Everything else appears to stem from media reporting on these two things, amplified by misreporting of everyday occurences (e.g., filling SS board positions).
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« Reply #8 on: August 14, 2004, 09:44:22 AM »

Who got us all into this mess? And why? We know we were mislead and we know certain so-called 'neo-conservatives' long had armed intervention in Iraq as a high priority goal.

Who ends up in the firing line, well first and foremost Iraqi men, women and children who have never had any say in any of this. Their casualty figures are unknown and outstrip any other participants. Who else? Young men and women from the coalition powers. Often young men and women from low income families. I guess, and it is a guess there are not many if any from the families of those conviction politicians, the neo-conservatives. No their battles are fought in the corridors and back-rooms of power.

In both the US and UK reserve forces personnel are unhappy and I suspect it will be much harder to recruit volunteer reserve forces in the future. If you cannot get enough volunteers and you are stuck then you compel. US history clearly shows when this happens that the poor will bear an unfair burden and the children of the rich and powerful will be provided with exemptions.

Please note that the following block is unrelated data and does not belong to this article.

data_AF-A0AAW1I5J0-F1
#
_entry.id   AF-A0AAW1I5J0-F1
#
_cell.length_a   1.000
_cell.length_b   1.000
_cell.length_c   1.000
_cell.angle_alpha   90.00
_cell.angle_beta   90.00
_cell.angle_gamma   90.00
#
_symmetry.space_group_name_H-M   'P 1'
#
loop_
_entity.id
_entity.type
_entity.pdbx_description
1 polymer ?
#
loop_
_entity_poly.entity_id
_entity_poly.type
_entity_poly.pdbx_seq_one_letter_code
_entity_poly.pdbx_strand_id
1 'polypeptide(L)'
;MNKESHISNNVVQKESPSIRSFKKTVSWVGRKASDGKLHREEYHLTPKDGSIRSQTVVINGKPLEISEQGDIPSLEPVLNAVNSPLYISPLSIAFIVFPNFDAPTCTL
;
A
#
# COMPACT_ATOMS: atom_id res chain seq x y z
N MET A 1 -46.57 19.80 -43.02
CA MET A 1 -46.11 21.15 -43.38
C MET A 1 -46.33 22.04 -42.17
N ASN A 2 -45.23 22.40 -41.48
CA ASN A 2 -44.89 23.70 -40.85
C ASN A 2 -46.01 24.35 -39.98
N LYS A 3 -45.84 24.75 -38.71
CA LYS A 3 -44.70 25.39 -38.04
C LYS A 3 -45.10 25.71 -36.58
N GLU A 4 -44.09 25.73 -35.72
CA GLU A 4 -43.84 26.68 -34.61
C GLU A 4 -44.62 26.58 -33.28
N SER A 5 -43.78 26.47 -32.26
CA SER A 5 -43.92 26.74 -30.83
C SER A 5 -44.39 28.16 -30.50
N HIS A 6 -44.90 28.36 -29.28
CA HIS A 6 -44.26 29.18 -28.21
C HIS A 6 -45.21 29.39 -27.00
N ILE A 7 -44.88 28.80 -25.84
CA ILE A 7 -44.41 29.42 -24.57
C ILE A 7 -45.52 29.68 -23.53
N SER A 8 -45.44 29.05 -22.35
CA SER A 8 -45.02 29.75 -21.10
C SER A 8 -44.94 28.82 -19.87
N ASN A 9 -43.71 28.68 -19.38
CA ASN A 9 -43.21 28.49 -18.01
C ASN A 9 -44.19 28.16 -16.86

My answer, regardless of age or infirmity, send the twits who thought this up to Najaf and let them sweat it out. If they, in reality had to do it once, it would never happen again, believe me............
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« Reply #9 on: August 14, 2004, 11:23:10 AM »

If I had a son or daughter about to be shipped over there - I would tell them to go to Canada!!

Huh...yeah, as a 24 year-old, this is where I'm glad I speak Spanish...I could live a long time down in Mexico....

If you cannot get enough volunteers and you are stuck then you compel. US history clearly shows when this happens that the poor will bear an unfair burden and the children of the rich and powerful will be provided with exemptions.

My answer, regardless of age or infirmity, send the twits who thought this up to Najaf and let them sweat it out. If they, in reality had to do it once, it would never happen again, believe me............